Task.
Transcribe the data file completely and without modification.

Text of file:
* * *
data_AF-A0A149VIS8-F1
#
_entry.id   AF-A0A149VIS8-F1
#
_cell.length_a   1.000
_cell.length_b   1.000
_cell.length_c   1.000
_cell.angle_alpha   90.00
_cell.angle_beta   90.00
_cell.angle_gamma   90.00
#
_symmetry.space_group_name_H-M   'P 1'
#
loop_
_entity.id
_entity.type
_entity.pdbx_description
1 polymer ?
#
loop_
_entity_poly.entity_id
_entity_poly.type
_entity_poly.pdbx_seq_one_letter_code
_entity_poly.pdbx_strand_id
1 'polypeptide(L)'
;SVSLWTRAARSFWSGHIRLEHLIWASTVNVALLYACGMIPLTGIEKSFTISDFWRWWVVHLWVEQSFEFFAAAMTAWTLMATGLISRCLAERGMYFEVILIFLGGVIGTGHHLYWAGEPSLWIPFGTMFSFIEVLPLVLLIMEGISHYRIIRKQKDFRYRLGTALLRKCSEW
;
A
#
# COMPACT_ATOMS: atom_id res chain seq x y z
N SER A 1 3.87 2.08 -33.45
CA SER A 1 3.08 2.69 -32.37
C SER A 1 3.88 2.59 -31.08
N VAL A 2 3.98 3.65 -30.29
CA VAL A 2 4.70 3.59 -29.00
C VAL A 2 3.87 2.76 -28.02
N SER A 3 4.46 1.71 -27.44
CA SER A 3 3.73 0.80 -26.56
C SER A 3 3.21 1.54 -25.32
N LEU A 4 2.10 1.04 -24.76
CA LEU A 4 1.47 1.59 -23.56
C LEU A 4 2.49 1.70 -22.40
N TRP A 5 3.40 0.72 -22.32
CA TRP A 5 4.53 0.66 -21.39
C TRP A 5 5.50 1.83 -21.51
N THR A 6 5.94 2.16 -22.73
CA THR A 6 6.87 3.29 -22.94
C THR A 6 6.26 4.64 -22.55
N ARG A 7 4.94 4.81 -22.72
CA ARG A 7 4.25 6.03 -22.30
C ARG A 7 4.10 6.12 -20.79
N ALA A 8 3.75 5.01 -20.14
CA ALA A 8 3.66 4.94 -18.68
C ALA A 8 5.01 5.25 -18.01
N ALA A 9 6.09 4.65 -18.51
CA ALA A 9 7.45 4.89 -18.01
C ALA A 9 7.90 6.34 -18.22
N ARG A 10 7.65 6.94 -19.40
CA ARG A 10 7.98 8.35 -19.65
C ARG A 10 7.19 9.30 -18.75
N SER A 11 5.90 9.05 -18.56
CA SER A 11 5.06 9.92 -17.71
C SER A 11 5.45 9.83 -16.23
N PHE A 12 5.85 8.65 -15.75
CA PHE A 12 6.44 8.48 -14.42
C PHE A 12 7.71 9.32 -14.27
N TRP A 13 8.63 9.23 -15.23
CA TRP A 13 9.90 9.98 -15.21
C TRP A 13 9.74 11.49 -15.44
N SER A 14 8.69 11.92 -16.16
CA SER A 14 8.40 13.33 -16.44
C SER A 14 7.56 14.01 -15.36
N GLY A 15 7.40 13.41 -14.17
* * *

data_AF-A0A149VIS8-F1
#
_entry.id   AF-A0A149VIS8-F1
#
_cell.length_a   1.000
_cell.length_b   1.000
_cell.length_c   1.000
_cell.angle_alpha   90.00
_cell.angle_beta   90.00
_cell.angle_gamma   90.00
#
_symmetry.space_group_name_H-M   'P 1'
#
loop_
_entity.id
_entity.type
_entity.pdbx_description
1 polymer ?
#
loop_
_entity_poly.entity_id
_entity_poly.type
_entity_poly.pdbx_seq_one_letter_code
_entity_poly.pdbx_strand_id
1 'polypeptide(L)'
;SVSLWTRAARSFWSGHIRLEHLIWASTVNVALLYACGMIPLTGIEKSFTISDFWRWWVVHLWVEQSFEFFAAAMTAWTLMATGLISRCLAERGMYFEVILIFLGGVIGTGHHLYWAGEPSLWIPFGTMFSFIEVLPLVLLIMEGISHYRIIRKQKDFRYRLGTALLRKCSEW
;
A
#
# COMPACT_ATOMS: atom_id res chain seq x y z
N SER A 1 3.87 2.08 -33.45
CA SER A 1 3.08 2.69 -32.37
C SER A 1 3.88 2.59 -31.08
N VAL A 2 3.98 3.65 -30.29
CA VAL A 2 4.70 3.59 -29.00
C VAL A 2 3.87 2.76 -28.02
N SER A 3 4.46 1.71 -27.44
CA SER A 3 3.73 0.80 -26.56
C SER A 3 3.21 1.54 -25.32
N LEU A 4 2.10 1.04 -24.76
CA LEU A 4 1.47 1.59 -23.56
C LEU A 4 2.49 1.70 -22.40
N TRP A 5 3.40 0.72 -22.32
CA TRP A 5 4.53 0.66 -21.39
C TRP A 5 5.50 1.83 -21.51
N THR A 6 5.94 2.16 -22.73
CA THR A 6 6.87 3.29 -22.94
C THR A 6 6.26 4.64 -22.55
N ARG A 7 4.94 4.81 -22.72
CA ARG A 7 4.25 6.03 -22.30
C ARG A 7 4.10 6.12 -20.79
N ALA A 8 3.75 5.01 -20.14
CA ALA A 8 3.66 4.94 -18.68
C ALA A 8 5.01 5.25 -18.01
N ALA A 9 6.09 4.65 -18.51
CA ALA A 9 7.45 4.89 -18.01
C ALA A 9 7.90 6.34 -18.22
N ARG A 10 7.65 6.94 -19.40
CA ARG A 10 7.98 8.35 -19.65
C ARG A 10 7.19 9.30 -18.75
N SER A 11 5.90 9.05 -18.56
CA SER A 11 5.06 9.92 -17.71
C SER A 11 5.45 9.83 -16.23
N PHE A 12 5.85 8.65 -15.75
CA PHE A 12 6.44 8.48 -14.42
C PHE A 12 7.71 9.32 -14.27
N TRP A 13 8.63 9.23 -15.23
CA TRP A 13 9.90 9.98 -15.21
C TRP A 13 9.74 11.49 -15.44
N SER A 14 8.69 11.92 -16.16
CA SER A 14 8.40 13.33 -16.44
C SER A 14 7.56 14.01 -15.36
N GLY A 15 7.40 13.41 -14.17